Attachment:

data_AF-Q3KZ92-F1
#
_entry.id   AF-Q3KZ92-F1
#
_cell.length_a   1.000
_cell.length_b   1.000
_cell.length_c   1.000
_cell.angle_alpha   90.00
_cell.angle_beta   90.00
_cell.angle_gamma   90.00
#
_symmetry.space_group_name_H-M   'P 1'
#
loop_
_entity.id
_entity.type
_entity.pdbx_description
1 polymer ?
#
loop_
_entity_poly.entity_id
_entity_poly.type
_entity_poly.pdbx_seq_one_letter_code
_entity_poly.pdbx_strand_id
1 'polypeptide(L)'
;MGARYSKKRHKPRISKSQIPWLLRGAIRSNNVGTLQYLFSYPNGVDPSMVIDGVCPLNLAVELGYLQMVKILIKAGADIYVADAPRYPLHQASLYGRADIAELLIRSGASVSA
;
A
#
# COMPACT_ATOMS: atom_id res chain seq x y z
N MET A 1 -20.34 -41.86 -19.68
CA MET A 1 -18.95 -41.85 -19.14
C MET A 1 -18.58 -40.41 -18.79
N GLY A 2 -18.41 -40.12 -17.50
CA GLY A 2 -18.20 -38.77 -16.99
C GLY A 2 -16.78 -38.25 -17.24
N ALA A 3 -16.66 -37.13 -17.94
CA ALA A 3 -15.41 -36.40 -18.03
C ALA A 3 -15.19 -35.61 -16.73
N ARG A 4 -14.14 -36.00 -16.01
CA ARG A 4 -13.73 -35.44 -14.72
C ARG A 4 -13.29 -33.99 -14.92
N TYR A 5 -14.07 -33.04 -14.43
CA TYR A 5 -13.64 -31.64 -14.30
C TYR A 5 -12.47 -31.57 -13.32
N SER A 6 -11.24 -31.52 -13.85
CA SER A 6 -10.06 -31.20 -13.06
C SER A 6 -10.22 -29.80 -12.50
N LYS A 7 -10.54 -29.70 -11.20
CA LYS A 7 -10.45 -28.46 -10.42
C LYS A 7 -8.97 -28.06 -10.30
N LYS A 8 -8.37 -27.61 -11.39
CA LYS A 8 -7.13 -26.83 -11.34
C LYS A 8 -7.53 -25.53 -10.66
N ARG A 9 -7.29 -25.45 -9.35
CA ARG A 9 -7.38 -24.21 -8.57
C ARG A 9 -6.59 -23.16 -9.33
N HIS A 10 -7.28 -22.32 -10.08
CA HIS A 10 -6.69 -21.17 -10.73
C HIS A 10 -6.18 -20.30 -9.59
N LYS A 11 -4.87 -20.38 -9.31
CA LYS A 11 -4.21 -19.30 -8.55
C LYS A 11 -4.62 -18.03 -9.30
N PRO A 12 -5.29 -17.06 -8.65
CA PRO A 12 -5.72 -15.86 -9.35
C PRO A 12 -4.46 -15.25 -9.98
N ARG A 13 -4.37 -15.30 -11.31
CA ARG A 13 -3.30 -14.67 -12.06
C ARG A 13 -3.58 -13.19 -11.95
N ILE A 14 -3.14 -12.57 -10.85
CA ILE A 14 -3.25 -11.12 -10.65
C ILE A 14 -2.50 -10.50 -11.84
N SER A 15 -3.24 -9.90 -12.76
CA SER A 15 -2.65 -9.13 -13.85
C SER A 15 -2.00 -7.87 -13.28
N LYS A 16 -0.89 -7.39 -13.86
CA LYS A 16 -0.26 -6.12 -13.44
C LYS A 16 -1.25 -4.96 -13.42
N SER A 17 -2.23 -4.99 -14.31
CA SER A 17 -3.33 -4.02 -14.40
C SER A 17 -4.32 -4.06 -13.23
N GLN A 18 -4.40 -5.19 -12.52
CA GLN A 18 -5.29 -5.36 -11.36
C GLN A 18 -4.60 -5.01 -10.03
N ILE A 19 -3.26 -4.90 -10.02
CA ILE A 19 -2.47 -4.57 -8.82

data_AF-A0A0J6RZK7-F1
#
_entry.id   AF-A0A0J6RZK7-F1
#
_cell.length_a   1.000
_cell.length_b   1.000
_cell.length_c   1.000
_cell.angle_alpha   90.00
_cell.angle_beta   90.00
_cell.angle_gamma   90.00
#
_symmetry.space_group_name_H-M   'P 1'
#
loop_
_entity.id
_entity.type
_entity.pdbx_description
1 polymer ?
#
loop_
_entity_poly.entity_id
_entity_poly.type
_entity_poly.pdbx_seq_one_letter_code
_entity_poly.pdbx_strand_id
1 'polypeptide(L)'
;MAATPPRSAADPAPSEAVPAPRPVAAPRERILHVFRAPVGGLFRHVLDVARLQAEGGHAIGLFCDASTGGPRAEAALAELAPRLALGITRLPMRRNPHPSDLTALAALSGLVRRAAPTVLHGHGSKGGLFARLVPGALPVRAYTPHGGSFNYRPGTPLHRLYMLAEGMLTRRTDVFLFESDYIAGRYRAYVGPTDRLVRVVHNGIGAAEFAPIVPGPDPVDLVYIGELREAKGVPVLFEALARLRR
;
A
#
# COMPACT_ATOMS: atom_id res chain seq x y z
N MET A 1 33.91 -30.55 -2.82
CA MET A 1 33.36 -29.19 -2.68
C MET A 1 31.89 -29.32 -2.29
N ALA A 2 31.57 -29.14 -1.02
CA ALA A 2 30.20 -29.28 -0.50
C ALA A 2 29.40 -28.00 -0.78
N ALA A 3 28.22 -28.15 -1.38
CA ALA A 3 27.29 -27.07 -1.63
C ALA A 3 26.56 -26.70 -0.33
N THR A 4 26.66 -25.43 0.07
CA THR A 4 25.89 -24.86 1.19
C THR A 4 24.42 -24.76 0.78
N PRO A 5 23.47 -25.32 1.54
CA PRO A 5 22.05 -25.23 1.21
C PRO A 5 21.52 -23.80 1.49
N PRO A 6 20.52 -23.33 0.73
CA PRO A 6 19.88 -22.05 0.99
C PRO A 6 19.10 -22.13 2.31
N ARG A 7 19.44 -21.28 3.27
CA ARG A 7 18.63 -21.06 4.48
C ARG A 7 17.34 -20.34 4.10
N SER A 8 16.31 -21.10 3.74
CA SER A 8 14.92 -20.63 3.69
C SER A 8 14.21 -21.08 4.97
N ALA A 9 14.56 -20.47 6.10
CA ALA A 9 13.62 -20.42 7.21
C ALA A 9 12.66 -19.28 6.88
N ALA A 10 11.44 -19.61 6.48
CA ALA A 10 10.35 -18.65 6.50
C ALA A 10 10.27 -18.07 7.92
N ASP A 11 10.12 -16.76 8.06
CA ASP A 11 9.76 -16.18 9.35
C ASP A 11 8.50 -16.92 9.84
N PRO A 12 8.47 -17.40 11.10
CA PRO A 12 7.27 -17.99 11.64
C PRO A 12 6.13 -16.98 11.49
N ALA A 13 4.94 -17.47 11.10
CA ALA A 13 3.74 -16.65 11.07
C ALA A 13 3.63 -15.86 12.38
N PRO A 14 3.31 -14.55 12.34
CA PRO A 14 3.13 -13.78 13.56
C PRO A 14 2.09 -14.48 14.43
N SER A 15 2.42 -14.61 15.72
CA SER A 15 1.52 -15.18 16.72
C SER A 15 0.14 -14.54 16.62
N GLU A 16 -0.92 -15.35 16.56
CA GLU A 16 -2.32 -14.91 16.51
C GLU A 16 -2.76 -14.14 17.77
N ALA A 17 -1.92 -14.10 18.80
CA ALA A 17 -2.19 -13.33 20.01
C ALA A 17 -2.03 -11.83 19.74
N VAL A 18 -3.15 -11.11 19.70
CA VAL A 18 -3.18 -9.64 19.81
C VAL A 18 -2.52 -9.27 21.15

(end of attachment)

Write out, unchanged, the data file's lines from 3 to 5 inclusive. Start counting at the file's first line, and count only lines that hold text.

_entry.id   AF-Q3KZ92-F1
#
_cell.length_a   1.000